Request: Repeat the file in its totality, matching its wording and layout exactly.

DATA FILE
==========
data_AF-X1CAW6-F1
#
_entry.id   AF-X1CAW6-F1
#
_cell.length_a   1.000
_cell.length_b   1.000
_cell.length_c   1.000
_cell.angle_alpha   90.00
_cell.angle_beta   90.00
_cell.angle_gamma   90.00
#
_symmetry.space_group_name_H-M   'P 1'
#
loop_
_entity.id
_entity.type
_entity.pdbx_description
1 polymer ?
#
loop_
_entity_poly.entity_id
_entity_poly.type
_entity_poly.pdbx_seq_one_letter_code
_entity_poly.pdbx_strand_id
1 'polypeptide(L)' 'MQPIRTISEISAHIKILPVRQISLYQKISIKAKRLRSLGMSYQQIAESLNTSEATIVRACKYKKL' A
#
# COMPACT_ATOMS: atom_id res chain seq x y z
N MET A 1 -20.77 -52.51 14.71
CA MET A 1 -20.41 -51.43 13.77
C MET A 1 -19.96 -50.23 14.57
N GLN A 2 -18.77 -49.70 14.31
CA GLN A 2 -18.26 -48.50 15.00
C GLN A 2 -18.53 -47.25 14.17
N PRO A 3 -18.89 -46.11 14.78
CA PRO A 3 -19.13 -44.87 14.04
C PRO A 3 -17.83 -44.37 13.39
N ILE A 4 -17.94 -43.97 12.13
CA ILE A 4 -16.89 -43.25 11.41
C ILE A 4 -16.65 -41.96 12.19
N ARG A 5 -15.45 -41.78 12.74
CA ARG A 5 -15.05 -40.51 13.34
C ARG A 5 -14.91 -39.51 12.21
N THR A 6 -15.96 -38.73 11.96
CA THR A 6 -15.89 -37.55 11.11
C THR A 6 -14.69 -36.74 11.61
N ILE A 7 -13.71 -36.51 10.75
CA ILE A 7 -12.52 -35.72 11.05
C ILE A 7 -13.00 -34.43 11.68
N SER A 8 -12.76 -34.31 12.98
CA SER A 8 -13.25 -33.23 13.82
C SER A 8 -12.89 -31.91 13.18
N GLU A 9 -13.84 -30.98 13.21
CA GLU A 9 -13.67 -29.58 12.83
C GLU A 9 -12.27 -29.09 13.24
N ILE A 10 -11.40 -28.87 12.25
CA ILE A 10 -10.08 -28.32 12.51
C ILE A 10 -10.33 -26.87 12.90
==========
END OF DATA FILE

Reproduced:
data_AF-X1CAW6-F1
#
_entry.id   AF-X1CAW6-F1
#
_cell.length_a   1.000
_cell.length_b   1.000
_cell.length_c   1.000
_cell.angle_alpha   90.00
_cell.angle_beta   90.00
_cell.angle_gamma   90.00
#
_symmetry.space_group_name_H-M   'P 1'
#
loop_
_entity.id
_entity.type
_entity.pdbx_description
1 polymer ?
#
loop_
_entity_poly.entity_id
_entity_poly.type
_entity_poly.pdbx_seq_one_letter_code
_entity_poly.pdbx_strand_id
1 'polypeptide(L)' 'MQPIRTISEISAHIKILPVRQISLYQKISIKAKRLRSLGMSYQQIAESLNTSEATIVRACKYKKL' A
#
# COMPACT_ATOMS: atom_id res chain seq x y z
N MET A 1 -20.77 -52.51 14.71
CA MET A 1 -20.41 -51.43 13.77
C MET A 1 -19.96 -50.23 14.57
N GLN A 2 -18.77 -49.70 14.31
CA GLN A 2 -18.26 -48.50 15.00
C GLN A 2 -18.53 -47.25 14.17
N PRO A 3 -18.89 -46.11 14.78
CA PRO A 3 -19.13 -44.87 14.04
C PRO A 3 -17.83 -44.37 13.39
N ILE A 4 -17.94 -43.97 12.13
CA ILE A 4 -16.89 -43.25 11.41
C ILE A 4 -16.65 -41.96 12.19
N ARG A 5 -15.45 -41.78 12.74
CA ARG A 5 -15.05 -40.51 13.34
C ARG A 5 -14.91 -39.51 12.21
N THR A 6 -15.96 -38.73 11.96
CA THR A 6 -15.89 -37.55 11.11
C THR A 6 -14.69 -36.74 11.61
N ILE A 7 -13.71 -36.51 10.75
CA ILE A 7 -12.52 -35.72 11.05
C ILE A 7 -13.00 -34.43 11.68
N SER A 8 -12.76 -34.31 12.98
CA SER A 8 -13.25 -33.23 13.82
C SER A 8 -12.89 -31.91 13.18
N GLU A 9 -13.84 -30.98 13.21
CA GLU A 9 -13.67 -29.58 12.83
C GLU A 9 -12.27 -29.09 13.24
N ILE A 10 -11.40 -28.87 12.25
CA ILE A 10 -10.08 -28.32 12.51
C ILE A 10 -10.33 -26.87 12.90